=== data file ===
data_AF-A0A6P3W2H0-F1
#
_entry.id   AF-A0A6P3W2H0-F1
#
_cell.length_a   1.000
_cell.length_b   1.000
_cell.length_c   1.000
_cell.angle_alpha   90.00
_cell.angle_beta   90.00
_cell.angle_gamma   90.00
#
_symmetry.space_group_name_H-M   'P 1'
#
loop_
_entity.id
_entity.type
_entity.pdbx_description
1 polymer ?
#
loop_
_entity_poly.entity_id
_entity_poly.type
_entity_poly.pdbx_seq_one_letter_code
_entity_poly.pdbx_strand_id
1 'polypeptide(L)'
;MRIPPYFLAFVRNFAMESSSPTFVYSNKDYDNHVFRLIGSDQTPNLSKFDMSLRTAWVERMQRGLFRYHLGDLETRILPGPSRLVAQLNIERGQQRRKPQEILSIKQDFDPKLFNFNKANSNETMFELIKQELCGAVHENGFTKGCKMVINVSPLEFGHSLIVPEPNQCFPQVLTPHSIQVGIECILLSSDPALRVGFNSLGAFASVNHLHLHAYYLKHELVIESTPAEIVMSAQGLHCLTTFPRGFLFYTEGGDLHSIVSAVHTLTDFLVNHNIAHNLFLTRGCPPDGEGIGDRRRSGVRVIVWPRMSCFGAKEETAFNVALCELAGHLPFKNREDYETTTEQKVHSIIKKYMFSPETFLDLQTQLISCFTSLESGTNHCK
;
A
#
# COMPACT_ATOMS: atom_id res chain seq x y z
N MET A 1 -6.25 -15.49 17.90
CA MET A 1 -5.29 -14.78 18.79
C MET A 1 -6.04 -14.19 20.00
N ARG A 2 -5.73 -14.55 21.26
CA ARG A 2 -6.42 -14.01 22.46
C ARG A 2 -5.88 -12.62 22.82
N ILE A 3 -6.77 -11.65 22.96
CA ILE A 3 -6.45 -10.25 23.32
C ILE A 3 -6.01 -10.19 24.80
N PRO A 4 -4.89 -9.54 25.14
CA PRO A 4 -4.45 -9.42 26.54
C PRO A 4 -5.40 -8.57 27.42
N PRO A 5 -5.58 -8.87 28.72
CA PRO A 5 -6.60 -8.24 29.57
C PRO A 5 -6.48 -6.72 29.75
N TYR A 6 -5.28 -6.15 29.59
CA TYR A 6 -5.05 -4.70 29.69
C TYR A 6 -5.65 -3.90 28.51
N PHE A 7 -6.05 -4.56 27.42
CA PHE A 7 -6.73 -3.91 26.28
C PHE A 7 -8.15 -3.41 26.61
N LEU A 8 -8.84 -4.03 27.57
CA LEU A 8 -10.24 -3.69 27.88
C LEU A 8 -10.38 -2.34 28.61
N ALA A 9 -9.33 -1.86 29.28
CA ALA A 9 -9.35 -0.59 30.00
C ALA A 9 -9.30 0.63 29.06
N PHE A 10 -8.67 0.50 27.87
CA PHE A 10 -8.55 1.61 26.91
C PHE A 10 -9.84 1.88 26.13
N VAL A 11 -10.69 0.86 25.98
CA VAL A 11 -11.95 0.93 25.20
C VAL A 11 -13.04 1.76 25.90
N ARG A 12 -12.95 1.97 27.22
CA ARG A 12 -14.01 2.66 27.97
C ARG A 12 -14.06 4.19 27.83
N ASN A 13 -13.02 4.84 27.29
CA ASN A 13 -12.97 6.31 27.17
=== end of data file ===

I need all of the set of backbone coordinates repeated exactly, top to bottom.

data_AF-A0A6P3W2H0-F1
#
_entry.id   AF-A0A6P3W2H0-F1
#
_cell.length_a   1.000
_cell.length_b   1.000
_cell.length_c   1.000
_cell.angle_alpha   90.00
_cell.angle_beta   90.00
_cell.angle_gamma   90.00
#
_symmetry.space_group_name_H-M   'P 1'
#
loop_
_entity.id
_entity.type
_entity.pdbx_description
1 polymer ?
#
loop_
_entity_poly.entity_id
_entity_poly.type
_entity_poly.pdbx_seq_one_letter_code
_entity_poly.pdbx_strand_id
1 'polypeptide(L)'
;MRIPPYFLAFVRNFAMESSSPTFVYSNKDYDNHVFRLIGSDQTPNLSKFDMSLRTAWVERMQRGLFRYHLGDLETRILPGPSRLVAQLNIERGQQRRKPQEILSIKQDFDPKLFNFNKANSNETMFELIKQELCGAVHENGFTKGCKMVINVSPLEFGHSLIVPEPNQCFPQVLTPHSIQVGIECILLSSDPALRVGFNSLGAFASVNHLHLHAYYLKHELVIESTPAEIVMSAQGLHCLTTFPRGFLFYTEGGDLHSIVSAVHTLTDFLVNHNIAHNLFLTRGCPPDGEGIGDRRRSGVRVIVWPRMSCFGAKEETAFNVALCELAGHLPFKNREDYETTTEQKVHSIIKKYMFSPETFLDLQTQLISCFTSLESGTNHCK
;
A
#
# COMPACT_ATOMS: atom_id res chain seq x y z
N MET A 1 -6.25 -15.49 17.90
CA MET A 1 -5.29 -14.78 18.79
C MET A 1 -6.04 -14.19 20.00
N ARG A 2 -5.73 -14.55 21.26
CA ARG A 2 -6.42 -14.01 22.46
C ARG A 2 -5.88 -12.62 22.82
N ILE A 3 -6.77 -11.65 22.96
CA ILE A 3 -6.45 -10.25 23.32
C ILE A 3 -6.01 -10.19 24.80
N PRO A 4 -4.89 -9.54 25.14
CA PRO A 4 -4.45 -9.42 26.54
C PRO A 4 -5.40 -8.57 27.42
N PRO A 5 -5.58 -8.87 28.72
CA PRO A 5 -6.60 -8.24 29.57
C PRO A 5 -6.48 -6.72 29.75
N TYR A 6 -5.28 -6.15 29.59
CA TYR A 6 -5.05 -4.70 29.69
C TYR A 6 -5.65 -3.90 28.51
N PHE A 7 -6.05 -4.56 27.42
CA PHE A 7 -6.73 -3.91 26.28
C PHE A 7 -8.15 -3.41 26.61
N LEU A 8 -8.84 -4.03 27.57
CA LEU A 8 -10.24 -3.69 27.88
C LEU A 8 -10.38 -2.34 28.61
N ALA A 9 -9.33 -1.86 29.28
CA ALA A 9 -9.35 -0.59 30.00
C ALA A 9 -9.30 0.63 29.06
N PHE A 10 -8.67 0.50 27.87
CA PHE A 10 -8.55 1.61 26.91
C PHE A 10 -9.84 1.88 26.13
N VAL A 11 -10.69 0.86 25.98
CA VAL A 11 -11.95 0.93 25.20
C VAL A 11 -13.04 1.76 25.90
N ARG A 12 -12.95 1.97 27.22
CA ARG A 12 -14.01 2.66 27.97
C ARG A 12 -14.06 4.19 27.83
N ASN A 13 -13.02 4.84 27.29
CA ASN A 13 -12.97 6.31 27.17